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W2 research group

Chirped mirror compressor of the Petawatt Field Synthesizer. (Photo: Thorsten Naeser)

Ultraintense Lasers and Applications

Our group focuses on the generation of novel particle and photon beams (the latter in close collaboration with F. Grüner) from laser driven sources. This on one hand involves the study and control of ultrahigh-intensity laser interaction with plasmas, on the other hand drives the improvement of the drive laser pulse parameters through continuous laser development.

In order to ensure competitiveness of our research in plasma physics, we continue to improve our main tools, the driving laser pulses. Not only a constant increase in the achievable output power qualifies a long-term-successful laser infrastructure, but also the constant improvement of not-so-obvious laser pulse parameters such as temporal contrast, focusability, shot-to-shot repeatability and availability for user experiments.

Lasers:

a) ATLAS-100 high-power Ti:sapphire laser
The ATLAS-100 Ti:sapphire laser delivers 25 fs, 2J pulses (80 TW) with 5 Hz repetition rate. Its frontend incorporates a modified commercially available regenerative amplifier with active spectral shaping, allowing to optimize the pulse bandwidth through the whole amplification process, while keeping prepulses and ASE pedestals at a very low level. Beam smoothing and adaptive optics ensure close-to-optimum spatial coherence of the output beam, and a new plasma mirror setup is installed to further improve the temporal contrast.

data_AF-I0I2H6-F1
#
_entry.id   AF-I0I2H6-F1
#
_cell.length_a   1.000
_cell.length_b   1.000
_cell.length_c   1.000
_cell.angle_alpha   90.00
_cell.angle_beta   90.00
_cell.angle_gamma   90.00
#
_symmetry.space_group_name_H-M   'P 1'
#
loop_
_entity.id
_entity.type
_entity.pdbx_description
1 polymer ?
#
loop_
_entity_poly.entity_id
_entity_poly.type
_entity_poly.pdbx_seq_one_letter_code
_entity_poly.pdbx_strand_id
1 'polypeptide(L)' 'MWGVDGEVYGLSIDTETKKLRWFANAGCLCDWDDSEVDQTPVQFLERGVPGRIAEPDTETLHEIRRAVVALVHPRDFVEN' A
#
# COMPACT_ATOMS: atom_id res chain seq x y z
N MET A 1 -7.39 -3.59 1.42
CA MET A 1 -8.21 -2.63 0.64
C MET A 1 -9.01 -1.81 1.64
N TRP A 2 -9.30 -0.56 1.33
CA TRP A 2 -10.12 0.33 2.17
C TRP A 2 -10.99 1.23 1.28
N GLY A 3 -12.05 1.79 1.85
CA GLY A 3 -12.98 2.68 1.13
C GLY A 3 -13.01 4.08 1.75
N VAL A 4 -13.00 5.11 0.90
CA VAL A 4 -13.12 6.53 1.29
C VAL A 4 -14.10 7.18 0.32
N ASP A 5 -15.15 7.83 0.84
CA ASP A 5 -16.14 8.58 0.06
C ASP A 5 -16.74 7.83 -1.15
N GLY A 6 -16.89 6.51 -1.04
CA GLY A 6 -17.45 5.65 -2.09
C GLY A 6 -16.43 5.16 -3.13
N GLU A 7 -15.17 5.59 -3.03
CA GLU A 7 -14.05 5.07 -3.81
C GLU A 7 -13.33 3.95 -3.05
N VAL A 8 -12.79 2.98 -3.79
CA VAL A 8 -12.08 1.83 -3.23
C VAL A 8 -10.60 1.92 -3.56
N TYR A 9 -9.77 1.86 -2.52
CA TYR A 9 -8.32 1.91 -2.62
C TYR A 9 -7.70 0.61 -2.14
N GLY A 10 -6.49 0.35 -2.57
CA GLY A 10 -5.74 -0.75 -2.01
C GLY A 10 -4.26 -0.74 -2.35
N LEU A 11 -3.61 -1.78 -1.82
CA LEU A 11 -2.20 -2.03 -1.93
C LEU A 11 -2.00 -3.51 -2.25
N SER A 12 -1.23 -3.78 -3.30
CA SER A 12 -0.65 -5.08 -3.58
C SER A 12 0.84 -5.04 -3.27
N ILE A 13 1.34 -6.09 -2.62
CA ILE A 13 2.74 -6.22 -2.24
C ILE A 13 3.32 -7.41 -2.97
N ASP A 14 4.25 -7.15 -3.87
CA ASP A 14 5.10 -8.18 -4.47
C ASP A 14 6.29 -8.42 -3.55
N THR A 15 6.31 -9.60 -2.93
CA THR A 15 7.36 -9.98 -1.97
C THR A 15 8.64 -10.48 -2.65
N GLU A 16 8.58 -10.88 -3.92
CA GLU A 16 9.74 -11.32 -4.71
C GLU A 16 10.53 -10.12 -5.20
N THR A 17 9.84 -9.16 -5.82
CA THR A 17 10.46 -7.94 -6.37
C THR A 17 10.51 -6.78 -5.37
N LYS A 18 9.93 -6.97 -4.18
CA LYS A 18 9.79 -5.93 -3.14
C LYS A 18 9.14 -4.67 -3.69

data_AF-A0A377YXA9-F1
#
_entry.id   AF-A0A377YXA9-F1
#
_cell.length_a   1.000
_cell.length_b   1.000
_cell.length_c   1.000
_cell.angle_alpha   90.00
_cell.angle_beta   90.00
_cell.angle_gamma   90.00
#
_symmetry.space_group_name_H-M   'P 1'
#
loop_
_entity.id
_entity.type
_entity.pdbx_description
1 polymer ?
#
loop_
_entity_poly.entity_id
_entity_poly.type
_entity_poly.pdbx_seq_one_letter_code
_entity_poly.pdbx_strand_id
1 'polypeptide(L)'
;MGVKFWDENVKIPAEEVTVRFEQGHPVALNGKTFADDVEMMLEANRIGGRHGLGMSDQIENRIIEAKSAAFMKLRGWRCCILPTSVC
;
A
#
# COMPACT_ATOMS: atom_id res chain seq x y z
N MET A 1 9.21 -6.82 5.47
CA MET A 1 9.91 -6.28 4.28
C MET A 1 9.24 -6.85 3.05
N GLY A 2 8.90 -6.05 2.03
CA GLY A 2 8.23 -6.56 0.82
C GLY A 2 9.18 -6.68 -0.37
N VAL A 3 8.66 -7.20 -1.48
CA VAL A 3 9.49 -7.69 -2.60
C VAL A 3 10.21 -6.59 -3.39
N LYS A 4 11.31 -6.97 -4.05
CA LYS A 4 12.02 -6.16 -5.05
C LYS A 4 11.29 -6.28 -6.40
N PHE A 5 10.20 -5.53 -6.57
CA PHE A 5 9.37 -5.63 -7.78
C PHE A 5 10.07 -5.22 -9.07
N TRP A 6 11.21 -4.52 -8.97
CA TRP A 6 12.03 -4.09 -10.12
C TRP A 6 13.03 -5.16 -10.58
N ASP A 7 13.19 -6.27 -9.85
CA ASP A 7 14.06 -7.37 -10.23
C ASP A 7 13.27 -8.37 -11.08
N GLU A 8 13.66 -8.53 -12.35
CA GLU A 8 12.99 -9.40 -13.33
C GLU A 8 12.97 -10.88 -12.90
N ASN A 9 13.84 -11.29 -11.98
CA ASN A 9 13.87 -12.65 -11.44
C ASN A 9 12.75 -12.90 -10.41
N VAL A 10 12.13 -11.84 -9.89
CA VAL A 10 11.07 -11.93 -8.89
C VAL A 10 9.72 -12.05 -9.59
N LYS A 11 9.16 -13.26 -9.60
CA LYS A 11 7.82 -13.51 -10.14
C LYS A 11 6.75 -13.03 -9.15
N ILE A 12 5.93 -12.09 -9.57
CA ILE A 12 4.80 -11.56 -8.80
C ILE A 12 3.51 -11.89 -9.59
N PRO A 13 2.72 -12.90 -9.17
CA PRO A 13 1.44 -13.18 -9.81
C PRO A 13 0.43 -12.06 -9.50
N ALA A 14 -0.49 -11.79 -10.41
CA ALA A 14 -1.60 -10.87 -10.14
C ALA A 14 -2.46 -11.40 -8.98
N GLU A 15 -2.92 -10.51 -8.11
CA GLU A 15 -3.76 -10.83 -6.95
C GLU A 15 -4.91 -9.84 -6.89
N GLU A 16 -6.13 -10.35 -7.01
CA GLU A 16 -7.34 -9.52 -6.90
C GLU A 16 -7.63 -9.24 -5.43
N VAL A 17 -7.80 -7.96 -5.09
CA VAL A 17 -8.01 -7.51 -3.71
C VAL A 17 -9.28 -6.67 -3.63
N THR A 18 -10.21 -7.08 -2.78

b) Petawatt Field Synthesizer (PFS)
The development of the PFS is an attempt to overcome the limits of conventional laser technology with regard to shortest pulse duration, high repetition rate, peak power and temporal contrast. We rely on the technique of optical parametric chirped-pulse amplification with the added benefit of pumping the amplifiers with high-intensity, few-ps pump pulses. This strategy allows the use of very short amplifier crystals leading to an intrinsically broader phase-matching bandwidth, a shorter time-window for contrast-reducing parametric fluorescence, and no heat load (= no distortions) in the main amplifiers. The achievable pulse durations should be on the order of 5 fs, ensuring PW-scale peak powers at moderate pulse energy. While this strategy for the laser amplifiers seems to solve a lot of problems at the same time, the main system risk is the necessary high-repetition rate, ps, high-energy pump laser. Its development focuses on diode pumping technology and Yb-doped laser materials.

Junior Research Group "Ultraintense Lasers and Applications"

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